Prepared by the Alzheimer’s Association. Updated Dec. 15, 2003.
The U.S. Food and Drug Administration (FDA) has approved two classes of drugs to
treat cognitive symptoms of Alzheimer’s disease. The first Alzheimer medications to be
approved were cholinesterase (KOH luh NES ter ays
) inhibitors. Three of these drugs are
commonly prescribed—donepezil (Aricept), approved in 1996; rivastigmine (Exelon),
approved in 2000; and galantamine (Reminyl), approved in 2001. Tacrine (Cognex),
the first cholinesterase inhibitor, was approved in 1993 but is rarely prescribed today
because of associated side effects, including possible liver damage. What is a cholinesterase inhibitor designed to do?
Cholinesterase inhibitors are designed to enhance memory and other cognitive functions
by influencing certain chemical activities in the brain. Acetylcholine is a chemical
messenger in the brain that scientists believe is important for the function of brain cells
involved in memory, thought, and judgment. Acetylcholine is released by one brain cell
to transmit a message to another. Once a message is received, various enzymes, including
one called acetylcholinesterase, break down the chemical messenger for reuse.
In the Alzheimer-afflicted brain, the cells that use acetylcholine are damaged or
destroyed, resulting in lower levels of the chemical messenger. A cholinesterase inhibitor
is designed to stop the activity of acetylcholinesterase, thereby slowing the breakdown of
acetylcholine. By maintaining levels of acetylcholine, the drug may help compensate for
the loss of functioning brain cells.
Galantamine also appears to stimulate the release of acetylcholine and to strengthen the
way that certain receptors on message-receiving nerve cells respond to it. What effects did cholinesterase inhibitors have on the memories of persons who took
them in clinical trials?
Donepezil and rivastigmine were associated with better performance in memory and
thinking tests in patients who were on the active medication compared with patients
taking a placebo (an inactive substance). It should be stressed that the degree of improve-
ment was modest, and more than half of the patients showed no improvement at all.
Galantamine also resulted in modest improvements in clinical trials. Additional research
will help scientists determine how many individuals are likely to benefit from the drug.
How are cholinesterase inhibitors used?
Donepezil (Aricept) is a tablet and can be administered once daily. Generally, the initial
dose is 5 mg a day (usually given at night). After four to six weeks, if it is well tolerated,
the dose is often increased to the therapeutic goal of 10 mg a day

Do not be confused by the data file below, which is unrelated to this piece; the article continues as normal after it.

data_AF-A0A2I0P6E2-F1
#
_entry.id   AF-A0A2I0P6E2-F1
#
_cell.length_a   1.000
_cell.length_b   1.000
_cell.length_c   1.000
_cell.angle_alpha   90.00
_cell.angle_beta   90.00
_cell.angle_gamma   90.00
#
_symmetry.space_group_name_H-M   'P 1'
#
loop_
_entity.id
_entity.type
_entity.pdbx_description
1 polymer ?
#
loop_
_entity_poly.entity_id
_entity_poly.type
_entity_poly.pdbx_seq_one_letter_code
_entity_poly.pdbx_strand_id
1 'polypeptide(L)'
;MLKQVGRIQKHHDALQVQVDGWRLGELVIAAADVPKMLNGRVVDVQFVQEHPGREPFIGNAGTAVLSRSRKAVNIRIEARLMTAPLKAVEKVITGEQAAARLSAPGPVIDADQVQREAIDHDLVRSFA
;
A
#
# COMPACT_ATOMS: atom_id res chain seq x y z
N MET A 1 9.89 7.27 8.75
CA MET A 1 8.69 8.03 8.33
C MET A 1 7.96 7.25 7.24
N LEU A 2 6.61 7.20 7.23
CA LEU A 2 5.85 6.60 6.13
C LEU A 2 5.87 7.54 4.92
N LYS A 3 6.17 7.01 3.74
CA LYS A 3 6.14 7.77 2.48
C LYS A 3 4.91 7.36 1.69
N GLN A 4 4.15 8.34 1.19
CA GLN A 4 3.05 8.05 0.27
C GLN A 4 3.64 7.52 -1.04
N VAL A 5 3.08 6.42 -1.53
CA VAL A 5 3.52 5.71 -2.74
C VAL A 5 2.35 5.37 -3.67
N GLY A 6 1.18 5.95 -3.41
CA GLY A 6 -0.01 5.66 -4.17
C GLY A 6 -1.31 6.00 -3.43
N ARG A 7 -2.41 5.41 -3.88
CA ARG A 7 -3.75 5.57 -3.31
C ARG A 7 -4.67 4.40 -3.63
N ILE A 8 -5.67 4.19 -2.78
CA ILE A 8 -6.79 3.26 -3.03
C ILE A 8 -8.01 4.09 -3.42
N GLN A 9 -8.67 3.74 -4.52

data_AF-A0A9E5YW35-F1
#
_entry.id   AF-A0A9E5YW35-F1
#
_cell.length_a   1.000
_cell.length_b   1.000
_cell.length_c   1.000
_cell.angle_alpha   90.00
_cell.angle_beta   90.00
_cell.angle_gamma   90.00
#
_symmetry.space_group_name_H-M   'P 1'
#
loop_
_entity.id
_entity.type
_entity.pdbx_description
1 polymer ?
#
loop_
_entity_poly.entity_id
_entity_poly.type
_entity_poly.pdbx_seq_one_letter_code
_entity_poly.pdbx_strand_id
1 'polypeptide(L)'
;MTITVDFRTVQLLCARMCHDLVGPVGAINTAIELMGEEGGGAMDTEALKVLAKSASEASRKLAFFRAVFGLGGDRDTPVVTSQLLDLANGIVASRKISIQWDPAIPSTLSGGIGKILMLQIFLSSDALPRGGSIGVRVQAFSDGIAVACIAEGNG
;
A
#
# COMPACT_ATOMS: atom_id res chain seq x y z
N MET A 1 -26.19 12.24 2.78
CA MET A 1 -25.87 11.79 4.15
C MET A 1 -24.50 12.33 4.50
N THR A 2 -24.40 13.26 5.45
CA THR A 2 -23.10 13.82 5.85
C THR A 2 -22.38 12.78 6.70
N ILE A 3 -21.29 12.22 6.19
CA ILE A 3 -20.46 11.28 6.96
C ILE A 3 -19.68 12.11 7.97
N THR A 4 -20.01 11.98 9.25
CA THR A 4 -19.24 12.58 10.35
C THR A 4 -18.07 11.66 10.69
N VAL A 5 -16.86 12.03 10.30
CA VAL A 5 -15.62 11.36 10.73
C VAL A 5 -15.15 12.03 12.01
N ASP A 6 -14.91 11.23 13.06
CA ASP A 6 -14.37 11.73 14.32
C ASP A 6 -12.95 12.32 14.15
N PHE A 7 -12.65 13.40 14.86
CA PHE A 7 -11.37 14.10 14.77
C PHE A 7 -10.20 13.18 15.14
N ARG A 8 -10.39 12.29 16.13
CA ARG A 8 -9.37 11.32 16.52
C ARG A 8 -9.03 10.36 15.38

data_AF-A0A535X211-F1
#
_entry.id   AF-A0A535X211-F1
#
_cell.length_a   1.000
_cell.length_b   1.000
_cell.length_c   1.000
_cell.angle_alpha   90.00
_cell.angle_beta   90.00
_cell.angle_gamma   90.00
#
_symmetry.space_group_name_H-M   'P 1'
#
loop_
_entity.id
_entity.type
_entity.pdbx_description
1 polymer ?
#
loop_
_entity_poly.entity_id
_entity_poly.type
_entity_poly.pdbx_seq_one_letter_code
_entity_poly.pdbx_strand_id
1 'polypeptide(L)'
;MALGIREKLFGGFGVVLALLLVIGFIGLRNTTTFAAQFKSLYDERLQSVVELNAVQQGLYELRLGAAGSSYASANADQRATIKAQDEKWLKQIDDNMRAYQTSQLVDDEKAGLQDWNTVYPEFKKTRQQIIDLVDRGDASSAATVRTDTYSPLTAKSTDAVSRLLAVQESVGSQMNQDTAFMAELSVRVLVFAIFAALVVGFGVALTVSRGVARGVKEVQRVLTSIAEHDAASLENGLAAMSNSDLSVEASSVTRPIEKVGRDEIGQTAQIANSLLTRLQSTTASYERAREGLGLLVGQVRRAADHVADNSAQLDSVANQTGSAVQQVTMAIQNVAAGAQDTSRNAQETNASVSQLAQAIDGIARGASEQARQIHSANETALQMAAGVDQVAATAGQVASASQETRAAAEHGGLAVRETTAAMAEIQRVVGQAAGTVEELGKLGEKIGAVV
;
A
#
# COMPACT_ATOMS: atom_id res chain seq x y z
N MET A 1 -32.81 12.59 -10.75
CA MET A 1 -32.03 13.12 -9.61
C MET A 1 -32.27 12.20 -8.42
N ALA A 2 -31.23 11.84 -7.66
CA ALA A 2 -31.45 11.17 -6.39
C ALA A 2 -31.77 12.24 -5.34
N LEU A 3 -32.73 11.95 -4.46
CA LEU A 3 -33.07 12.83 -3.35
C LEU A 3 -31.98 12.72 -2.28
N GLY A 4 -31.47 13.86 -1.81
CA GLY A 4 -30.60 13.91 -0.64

Rivastigmine (Exelon) is available as a capsule or as a liquid. The dosage is gradually
increased to minimize side effects. Usually the medication is started at 1.5 mg daily.
After two weeks the dosage is increased to 1.5 mg twice a day. The therapeutic goal is to
increase the dosage gradually every two weeks to reach 6 to 12 mg a day. There is a
greater frequency of side effects at these higher doses; however, taking drugs with meals
may be helpful in reducing the occurrence of side effects.
Galantamine (Reminyl) is supplied in the form of tablets in strengths of 4, 8, and 12 mg.
The recommended starting dose is 4 mg twice a day. If well-tolerated after four weeks or
more of treatment, the dose is increased to 8 mg twice a day. There was no statistical
benefit in clinical trials for 12 mg twice a day over the dose of 8 mg twice a day, but if 8
mg twice a day is well-tolerated after four weeks, the dose can be increased to 12 mg
twice a day at the physician’s discretion. What are the side effects of cholinesterase inhibitors?
Generally, cholinesterase inhibitors are well tolerated. Symptoms such as nausea,
vomiting, loss of appetite, and increased frequency of bowel movements might be
expected. It is strongly recommended that a physician who is comfortable and
experienced in using these medications monitor patients treated with any of these
compounds and that the recommended guidelines be strictly observed. There is no
evidence or reason to believe that combining the drugs would be any more beneficial than
taking either one alone, and it is likely that combining the drugs would result in greater
side effects. Where can I get more information?
For answers to your other questions about Alzheimer’s disease and related disorders,
please call our Contact Center at 800.272.3900 or visit our Web site at www.alz.org. Prepared by John C. Morris, MD, Professor of Neurology, Washington University at St. Louis, Missouri
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